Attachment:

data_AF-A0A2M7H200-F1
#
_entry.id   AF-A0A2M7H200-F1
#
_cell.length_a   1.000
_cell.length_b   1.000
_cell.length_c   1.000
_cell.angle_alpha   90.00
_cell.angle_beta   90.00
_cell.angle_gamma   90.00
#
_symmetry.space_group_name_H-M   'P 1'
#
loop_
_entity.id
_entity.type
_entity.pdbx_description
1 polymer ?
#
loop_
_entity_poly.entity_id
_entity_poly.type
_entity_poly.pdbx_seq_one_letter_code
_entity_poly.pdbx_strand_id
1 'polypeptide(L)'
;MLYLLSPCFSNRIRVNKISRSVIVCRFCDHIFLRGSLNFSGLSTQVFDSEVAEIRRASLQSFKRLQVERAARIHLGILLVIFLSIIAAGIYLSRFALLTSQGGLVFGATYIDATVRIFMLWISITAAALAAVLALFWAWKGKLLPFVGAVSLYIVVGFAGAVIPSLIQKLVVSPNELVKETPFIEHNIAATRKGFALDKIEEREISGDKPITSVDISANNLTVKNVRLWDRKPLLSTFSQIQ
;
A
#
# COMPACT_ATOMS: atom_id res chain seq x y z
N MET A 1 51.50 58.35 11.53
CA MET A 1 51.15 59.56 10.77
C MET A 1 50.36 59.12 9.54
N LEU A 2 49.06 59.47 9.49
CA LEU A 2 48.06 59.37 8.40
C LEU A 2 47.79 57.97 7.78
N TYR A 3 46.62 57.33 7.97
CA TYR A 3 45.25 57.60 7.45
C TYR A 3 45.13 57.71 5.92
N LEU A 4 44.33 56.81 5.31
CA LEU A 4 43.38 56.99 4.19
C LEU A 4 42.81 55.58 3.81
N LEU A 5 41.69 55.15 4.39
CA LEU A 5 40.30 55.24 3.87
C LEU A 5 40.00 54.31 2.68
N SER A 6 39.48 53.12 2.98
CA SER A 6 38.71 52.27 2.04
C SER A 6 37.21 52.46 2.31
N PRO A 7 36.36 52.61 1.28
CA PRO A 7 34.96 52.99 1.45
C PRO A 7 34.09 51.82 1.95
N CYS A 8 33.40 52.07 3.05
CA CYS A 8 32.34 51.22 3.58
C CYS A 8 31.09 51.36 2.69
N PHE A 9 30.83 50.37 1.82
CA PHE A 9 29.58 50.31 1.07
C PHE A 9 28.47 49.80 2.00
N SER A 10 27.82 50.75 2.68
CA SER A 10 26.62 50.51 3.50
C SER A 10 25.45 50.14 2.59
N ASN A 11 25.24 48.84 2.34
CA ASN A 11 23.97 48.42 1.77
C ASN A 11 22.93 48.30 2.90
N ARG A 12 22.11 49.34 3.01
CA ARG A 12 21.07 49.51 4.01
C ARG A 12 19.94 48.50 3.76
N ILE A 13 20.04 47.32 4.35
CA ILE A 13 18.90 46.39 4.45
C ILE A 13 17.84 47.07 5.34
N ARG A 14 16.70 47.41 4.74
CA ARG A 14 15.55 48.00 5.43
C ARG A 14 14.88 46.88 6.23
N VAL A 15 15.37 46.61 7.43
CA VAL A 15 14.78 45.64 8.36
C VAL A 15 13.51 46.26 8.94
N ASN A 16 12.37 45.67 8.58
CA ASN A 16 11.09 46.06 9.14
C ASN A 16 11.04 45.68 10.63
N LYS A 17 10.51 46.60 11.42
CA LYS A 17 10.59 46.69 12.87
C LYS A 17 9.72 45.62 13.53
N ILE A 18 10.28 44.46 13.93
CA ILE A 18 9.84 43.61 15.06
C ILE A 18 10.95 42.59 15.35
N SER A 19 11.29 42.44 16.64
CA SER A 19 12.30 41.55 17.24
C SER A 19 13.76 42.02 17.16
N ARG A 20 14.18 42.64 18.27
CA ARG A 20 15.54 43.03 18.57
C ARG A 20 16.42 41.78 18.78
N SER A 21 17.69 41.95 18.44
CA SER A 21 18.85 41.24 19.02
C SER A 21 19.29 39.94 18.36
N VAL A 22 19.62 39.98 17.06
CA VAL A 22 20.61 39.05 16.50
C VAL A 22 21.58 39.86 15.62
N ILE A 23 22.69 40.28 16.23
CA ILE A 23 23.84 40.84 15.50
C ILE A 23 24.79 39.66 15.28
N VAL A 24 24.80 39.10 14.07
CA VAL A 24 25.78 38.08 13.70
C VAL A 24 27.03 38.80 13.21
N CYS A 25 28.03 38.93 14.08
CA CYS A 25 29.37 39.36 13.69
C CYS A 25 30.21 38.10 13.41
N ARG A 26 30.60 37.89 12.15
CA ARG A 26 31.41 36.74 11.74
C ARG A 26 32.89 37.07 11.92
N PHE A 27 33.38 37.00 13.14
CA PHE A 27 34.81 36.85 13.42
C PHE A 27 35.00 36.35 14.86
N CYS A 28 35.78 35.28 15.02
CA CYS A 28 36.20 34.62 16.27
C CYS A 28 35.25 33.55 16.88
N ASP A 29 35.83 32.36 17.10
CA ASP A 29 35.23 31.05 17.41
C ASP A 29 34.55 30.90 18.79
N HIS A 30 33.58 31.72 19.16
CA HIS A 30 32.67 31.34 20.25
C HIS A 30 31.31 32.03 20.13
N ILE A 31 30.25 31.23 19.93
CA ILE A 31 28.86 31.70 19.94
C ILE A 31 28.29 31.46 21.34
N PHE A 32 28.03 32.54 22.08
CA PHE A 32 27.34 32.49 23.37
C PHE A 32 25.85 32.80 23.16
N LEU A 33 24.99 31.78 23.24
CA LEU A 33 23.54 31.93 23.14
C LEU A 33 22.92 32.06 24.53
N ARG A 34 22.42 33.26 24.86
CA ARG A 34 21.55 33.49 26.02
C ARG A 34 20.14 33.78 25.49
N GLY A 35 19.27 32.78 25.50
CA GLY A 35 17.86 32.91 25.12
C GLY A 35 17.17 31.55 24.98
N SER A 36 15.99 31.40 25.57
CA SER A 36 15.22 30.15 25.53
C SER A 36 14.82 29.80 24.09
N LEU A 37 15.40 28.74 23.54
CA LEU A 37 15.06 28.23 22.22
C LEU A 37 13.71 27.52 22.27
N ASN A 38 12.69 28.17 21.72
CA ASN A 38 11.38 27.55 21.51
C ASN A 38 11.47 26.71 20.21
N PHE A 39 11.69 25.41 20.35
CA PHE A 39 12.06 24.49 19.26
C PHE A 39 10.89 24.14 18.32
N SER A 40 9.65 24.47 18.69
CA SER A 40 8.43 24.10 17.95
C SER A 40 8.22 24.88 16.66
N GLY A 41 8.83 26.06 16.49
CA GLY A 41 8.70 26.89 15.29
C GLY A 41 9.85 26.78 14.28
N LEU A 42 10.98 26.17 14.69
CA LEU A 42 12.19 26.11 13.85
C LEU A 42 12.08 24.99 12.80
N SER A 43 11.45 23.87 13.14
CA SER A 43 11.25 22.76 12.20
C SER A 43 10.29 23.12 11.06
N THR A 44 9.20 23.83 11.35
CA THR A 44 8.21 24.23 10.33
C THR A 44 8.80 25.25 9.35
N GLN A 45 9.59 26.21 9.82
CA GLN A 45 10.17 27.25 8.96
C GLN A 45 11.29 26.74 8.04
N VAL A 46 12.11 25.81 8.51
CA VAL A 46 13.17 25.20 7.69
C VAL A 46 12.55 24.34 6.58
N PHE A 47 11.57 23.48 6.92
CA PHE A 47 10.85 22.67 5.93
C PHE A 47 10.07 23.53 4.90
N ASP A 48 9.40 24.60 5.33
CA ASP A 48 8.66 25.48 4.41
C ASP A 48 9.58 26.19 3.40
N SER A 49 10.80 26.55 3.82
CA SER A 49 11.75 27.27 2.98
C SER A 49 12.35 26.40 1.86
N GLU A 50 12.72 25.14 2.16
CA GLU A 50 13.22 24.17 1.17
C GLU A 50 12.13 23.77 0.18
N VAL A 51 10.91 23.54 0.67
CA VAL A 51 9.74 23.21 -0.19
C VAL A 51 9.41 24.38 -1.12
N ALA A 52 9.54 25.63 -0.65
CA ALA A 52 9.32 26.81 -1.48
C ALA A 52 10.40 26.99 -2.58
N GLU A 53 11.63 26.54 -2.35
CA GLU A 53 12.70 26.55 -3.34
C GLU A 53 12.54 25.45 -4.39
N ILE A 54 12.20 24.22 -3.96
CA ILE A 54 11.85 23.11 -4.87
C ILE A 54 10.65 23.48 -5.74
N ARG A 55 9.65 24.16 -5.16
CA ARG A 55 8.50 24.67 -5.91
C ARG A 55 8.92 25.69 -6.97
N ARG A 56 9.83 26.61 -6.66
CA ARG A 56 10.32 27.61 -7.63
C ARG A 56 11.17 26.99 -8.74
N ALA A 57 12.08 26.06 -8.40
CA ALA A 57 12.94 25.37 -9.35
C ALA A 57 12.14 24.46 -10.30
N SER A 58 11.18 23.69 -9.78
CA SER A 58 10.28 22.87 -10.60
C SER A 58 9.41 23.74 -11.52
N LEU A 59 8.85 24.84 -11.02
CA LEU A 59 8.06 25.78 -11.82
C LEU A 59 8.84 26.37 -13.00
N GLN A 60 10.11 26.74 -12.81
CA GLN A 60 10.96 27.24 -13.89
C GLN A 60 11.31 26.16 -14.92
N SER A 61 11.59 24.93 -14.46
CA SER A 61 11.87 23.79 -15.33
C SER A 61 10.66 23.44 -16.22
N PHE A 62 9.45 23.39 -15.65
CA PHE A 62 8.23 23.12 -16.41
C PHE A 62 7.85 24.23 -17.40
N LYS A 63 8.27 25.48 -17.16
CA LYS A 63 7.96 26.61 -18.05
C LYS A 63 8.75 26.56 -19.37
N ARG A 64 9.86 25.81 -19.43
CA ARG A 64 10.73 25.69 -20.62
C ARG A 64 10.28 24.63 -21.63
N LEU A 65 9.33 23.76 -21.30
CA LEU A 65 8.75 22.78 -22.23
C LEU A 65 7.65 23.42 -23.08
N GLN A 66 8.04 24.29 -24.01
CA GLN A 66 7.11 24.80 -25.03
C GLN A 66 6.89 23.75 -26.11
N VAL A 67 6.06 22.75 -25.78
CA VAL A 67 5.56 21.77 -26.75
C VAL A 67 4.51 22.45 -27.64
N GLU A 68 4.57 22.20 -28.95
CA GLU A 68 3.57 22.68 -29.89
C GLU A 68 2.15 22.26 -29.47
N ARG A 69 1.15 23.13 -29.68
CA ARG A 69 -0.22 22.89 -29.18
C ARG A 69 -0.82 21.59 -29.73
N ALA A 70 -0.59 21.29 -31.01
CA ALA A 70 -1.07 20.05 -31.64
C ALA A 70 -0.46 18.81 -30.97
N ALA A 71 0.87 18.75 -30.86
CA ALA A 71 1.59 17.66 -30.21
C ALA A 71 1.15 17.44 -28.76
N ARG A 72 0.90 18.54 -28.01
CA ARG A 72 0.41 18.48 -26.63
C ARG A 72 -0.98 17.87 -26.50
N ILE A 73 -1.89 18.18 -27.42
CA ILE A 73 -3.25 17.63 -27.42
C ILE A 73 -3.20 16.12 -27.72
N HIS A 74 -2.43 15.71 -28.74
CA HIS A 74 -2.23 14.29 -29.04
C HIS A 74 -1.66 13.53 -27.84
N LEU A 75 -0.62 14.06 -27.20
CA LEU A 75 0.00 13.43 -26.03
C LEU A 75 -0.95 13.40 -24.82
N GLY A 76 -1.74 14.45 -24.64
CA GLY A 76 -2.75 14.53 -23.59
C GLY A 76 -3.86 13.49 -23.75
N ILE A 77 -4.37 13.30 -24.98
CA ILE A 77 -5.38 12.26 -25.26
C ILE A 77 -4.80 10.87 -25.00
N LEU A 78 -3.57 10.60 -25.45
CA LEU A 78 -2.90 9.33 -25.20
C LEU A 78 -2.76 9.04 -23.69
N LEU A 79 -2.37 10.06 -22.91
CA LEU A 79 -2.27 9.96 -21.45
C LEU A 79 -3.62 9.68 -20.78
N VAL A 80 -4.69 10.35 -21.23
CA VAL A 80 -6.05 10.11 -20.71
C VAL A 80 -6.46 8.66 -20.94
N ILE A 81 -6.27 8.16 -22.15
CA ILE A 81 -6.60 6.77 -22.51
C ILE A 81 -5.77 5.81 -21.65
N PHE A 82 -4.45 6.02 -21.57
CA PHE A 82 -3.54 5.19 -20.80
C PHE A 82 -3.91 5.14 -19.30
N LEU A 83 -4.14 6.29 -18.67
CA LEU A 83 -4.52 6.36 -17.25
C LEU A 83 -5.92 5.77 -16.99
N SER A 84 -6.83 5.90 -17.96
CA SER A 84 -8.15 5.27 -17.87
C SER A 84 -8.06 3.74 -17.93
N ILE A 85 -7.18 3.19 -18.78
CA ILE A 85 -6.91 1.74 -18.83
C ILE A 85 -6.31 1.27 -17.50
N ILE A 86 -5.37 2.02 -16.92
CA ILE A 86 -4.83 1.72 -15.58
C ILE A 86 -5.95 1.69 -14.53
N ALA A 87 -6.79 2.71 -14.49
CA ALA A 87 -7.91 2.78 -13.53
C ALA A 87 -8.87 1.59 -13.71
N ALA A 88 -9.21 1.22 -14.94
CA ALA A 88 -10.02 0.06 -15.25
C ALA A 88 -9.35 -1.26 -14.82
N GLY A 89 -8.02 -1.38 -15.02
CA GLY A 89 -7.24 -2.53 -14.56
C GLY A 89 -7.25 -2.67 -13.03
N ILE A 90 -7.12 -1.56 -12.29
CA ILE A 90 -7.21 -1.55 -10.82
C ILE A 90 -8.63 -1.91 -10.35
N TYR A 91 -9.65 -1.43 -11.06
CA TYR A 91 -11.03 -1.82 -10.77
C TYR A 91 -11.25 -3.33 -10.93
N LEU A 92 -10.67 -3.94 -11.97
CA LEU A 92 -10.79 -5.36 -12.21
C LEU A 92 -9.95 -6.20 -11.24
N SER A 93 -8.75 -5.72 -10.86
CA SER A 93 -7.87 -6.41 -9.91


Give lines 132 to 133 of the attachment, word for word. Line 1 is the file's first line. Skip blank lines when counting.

C ARG A 34 20.14 33.78 25.49
N GLY A 35 19.27 32.78 25.50